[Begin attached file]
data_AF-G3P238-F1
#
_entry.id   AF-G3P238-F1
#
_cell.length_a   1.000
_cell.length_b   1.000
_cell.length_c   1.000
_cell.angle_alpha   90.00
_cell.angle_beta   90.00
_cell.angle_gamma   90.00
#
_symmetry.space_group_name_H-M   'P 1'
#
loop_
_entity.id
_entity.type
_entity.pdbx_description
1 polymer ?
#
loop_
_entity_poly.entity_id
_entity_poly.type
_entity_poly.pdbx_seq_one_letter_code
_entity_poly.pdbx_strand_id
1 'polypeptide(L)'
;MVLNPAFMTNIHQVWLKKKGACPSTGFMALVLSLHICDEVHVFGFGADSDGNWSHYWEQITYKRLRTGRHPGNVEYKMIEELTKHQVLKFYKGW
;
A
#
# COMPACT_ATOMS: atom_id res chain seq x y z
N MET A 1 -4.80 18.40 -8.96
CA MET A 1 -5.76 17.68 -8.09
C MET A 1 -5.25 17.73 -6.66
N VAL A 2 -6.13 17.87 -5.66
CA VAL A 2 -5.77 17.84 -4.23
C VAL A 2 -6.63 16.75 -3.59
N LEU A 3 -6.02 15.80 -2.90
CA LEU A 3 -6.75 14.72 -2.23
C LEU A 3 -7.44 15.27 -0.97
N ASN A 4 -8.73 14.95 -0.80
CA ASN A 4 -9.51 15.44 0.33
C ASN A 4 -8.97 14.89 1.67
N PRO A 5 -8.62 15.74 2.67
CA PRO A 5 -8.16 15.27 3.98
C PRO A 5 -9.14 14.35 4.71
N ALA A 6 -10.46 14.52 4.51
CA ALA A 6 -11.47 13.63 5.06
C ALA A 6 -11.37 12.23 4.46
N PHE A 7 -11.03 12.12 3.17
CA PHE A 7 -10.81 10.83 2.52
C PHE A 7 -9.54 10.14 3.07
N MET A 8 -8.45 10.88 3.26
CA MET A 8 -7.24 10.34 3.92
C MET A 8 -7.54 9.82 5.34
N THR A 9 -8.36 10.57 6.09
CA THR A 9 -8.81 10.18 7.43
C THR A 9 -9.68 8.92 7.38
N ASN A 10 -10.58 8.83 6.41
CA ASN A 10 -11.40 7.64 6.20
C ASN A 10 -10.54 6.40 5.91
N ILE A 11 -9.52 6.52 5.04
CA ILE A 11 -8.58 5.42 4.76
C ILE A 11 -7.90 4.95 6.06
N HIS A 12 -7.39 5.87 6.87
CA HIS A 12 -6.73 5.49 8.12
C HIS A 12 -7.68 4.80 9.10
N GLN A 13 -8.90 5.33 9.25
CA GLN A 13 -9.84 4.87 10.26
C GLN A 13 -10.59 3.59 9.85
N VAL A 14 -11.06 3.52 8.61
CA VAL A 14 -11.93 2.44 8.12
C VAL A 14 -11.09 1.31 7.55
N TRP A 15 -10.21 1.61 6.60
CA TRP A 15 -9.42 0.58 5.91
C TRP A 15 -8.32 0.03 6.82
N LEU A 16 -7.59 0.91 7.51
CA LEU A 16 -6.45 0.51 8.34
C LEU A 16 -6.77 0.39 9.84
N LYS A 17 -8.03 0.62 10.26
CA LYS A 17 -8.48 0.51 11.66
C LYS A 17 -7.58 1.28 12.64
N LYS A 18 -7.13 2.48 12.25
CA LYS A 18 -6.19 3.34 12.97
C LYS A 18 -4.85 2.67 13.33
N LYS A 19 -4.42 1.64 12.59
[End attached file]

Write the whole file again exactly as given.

data_AF-G3P238-F1
#
_entry.id   AF-G3P238-F1
#
_cell.length_a   1.000
_cell.length_b   1.000
_cell.length_c   1.000
_cell.angle_alpha   90.00
_cell.angle_beta   90.00
_cell.angle_gamma   90.00
#
_symmetry.space_group_name_H-M   'P 1'
#
loop_
_entity.id
_entity.type
_entity.pdbx_description
1 polymer ?
#
loop_
_entity_poly.entity_id
_entity_poly.type
_entity_poly.pdbx_seq_one_letter_code
_entity_poly.pdbx_strand_id
1 'polypeptide(L)'
;MVLNPAFMTNIHQVWLKKKGACPSTGFMALVLSLHICDEVHVFGFGADSDGNWSHYWEQITYKRLRTGRHPGNVEYKMIEELTKHQVLKFYKGW
;
A
#
# COMPACT_ATOMS: atom_id res chain seq x y z
N MET A 1 -4.80 18.40 -8.96
CA MET A 1 -5.76 17.68 -8.09
C MET A 1 -5.25 17.73 -6.66
N VAL A 2 -6.13 17.87 -5.66
CA VAL A 2 -5.77 17.84 -4.23
C VAL A 2 -6.63 16.75 -3.59
N LEU A 3 -6.02 15.80 -2.90
CA LEU A 3 -6.75 14.72 -2.23
C LEU A 3 -7.44 15.27 -0.97
N ASN A 4 -8.73 14.95 -0.80
CA ASN A 4 -9.51 15.44 0.33
C ASN A 4 -8.97 14.89 1.67
N PRO A 5 -8.62 15.74 2.67
CA PRO A 5 -8.16 15.27 3.98
C PRO A 5 -9.14 14.35 4.71
N ALA A 6 -10.46 14.52 4.51
CA ALA A 6 -11.47 13.63 5.06
C ALA A 6 -11.37 12.23 4.46
N PHE A 7 -11.03 12.12 3.17
CA PHE A 7 -10.81 10.83 2.52
C PHE A 7 -9.54 10.14 3.07
N MET A 8 -8.45 10.88 3.26
CA MET A 8 -7.24 10.34 3.92
C MET A 8 -7.54 9.82 5.34
N THR A 9 -8.36 10.57 6.09
CA THR A 9 -8.81 10.18 7.43
C THR A 9 -9.68 8.92 7.38
N ASN A 10 -10.58 8.83 6.41
CA ASN A 10 -11.40 7.64 6.20
C ASN A 10 -10.54 6.40 5.91
N ILE A 11 -9.52 6.52 5.04
CA ILE A 11 -8.58 5.42 4.76
C ILE A 11 -7.90 4.95 6.06
N HIS A 12 -7.39 5.87 6.87
CA HIS A 12 -6.73 5.49 8.12
C HIS A 12 -7.68 4.80 9.10
N GLN A 13 -8.90 5.33 9.25
CA GLN A 13 -9.84 4.87 10.26
C GLN A 13 -10.59 3.59 9.85
N VAL A 14 -11.06 3.52 8.61
CA VAL A 14 -11.93 2.44 8.12
C VAL A 14 -11.09 1.31 7.55
N TRP A 15 -10.21 1.61 6.60
CA TRP A 15 -9.42 0.58 5.91
C TRP A 15 -8.32 0.03 6.82
N LEU A 16 -7.59 0.91 7.51
CA LEU A 16 -6.45 0.51 8.34
C LEU A 16 -6.77 0.39 9.84
N LYS A 17 -8.03 0.62 10.26
CA LYS A 17 -8.48 0.51 11.66
C LYS A 17 -7.58 1.28 12.64
N LYS A 18 -7.13 2.48 12.25
CA LYS A 18 -6.19 3.34 12.97
C LYS A 18 -4.85 2.67 13.33
N LYS A 19 -4.42 1.64 12.59